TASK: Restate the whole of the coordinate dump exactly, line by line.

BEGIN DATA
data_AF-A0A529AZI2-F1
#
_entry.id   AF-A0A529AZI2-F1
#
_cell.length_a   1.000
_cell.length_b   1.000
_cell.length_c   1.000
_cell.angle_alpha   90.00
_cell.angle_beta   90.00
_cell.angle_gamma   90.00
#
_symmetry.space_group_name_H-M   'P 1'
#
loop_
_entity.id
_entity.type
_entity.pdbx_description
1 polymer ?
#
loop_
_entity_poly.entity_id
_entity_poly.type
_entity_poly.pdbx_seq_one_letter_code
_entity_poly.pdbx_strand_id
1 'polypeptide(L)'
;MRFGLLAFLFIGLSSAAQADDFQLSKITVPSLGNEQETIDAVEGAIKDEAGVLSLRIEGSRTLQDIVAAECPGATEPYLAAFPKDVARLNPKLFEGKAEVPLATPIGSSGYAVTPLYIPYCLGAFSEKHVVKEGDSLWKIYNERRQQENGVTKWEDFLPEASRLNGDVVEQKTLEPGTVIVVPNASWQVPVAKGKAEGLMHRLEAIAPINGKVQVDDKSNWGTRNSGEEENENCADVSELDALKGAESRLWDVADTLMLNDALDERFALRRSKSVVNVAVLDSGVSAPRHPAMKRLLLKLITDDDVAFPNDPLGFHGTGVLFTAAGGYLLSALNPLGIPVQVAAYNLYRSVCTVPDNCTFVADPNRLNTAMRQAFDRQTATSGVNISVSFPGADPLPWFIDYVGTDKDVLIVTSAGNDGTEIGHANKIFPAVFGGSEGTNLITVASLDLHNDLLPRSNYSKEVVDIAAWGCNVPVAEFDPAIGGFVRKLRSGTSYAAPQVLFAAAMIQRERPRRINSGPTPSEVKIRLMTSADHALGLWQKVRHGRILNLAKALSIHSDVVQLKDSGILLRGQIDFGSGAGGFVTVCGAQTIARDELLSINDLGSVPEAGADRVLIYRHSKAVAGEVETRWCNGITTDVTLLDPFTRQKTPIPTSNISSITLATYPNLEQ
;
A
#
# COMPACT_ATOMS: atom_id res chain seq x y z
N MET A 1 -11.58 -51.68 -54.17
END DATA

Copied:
data_AF-A0A529AZI2-F1
#
_entry.id   AF-A0A529AZI2-F1
#
_cell.length_a   1.000
_cell.length_b   1.000
_cell.length_c   1.000
_cell.angle_alpha   90.00
_cell.angle_beta   90.00
_cell.angle_gamma   90.00
#
_symmetry.space_group_name_H-M   'P 1'
#
loop_
_entity.id
_entity.type
_entity.pdbx_description
1 polymer ?
#
loop_
_entity_poly.entity_id
_entity_poly.type
_entity_poly.pdbx_seq_one_letter_code
_entity_poly.pdbx_strand_id
1 'polypeptide(L)'
;MRFGLLAFLFIGLSSAAQADDFQLSKITVPSLGNEQETIDAVEGAIKDEAGVLSLRIEGSRTLQDIVAAECPGATEPYLAAFPKDVARLNPKLFEGKAEVPLATPIGSSGYAVTPLYIPYCLGAFSEKHVVKEGDSLWKIYNERRQQENGVTKWEDFLPEASRLNGDVVEQKTLEPGTVIVVPNASWQVPVAKGKAEGLMHRLEAIAPINGKVQVDDKSNWGTRNSGEEENENCADVSELDALKGAESRLWDVADTLMLNDALDERFALRRSKSVVNVAVLDSGVSAPRHPAMKRLLLKLITDDDVAFPNDPLGFHGTGVLFTAAGGYLLSALNPLGIPVQVAAYNLYRSVCTVPDNCTFVADPNRLNTAMRQAFDRQTATSGVNISVSFPGADPLPWFIDYVGTDKDVLIVTSAGNDGTEIGHANKIFPAVFGGSEGTNLITVASLDLHNDLLPRSNYSKEVVDIAAWGCNVPVAEFDPAIGGFVRKLRSGTSYAAPQVLFAAAMIQRERPRRINSGPTPSEVKIRLMTSADHALGLWQKVRHGRILNLAKALSIHSDVVQLKDSGILLRGQIDFGSGAGGFVTVCGAQTIARDELLSINDLGSVPEAGADRVLIYRHSKAVAGEVETRWCNGITTDVTLLDPFTRQKTPIPTSNISSITLATYPNLEQ
;
A
#
# COMPACT_ATOMS: atom_id res chain seq x y z
N MET A 1 -11.58 -51.68 -54.17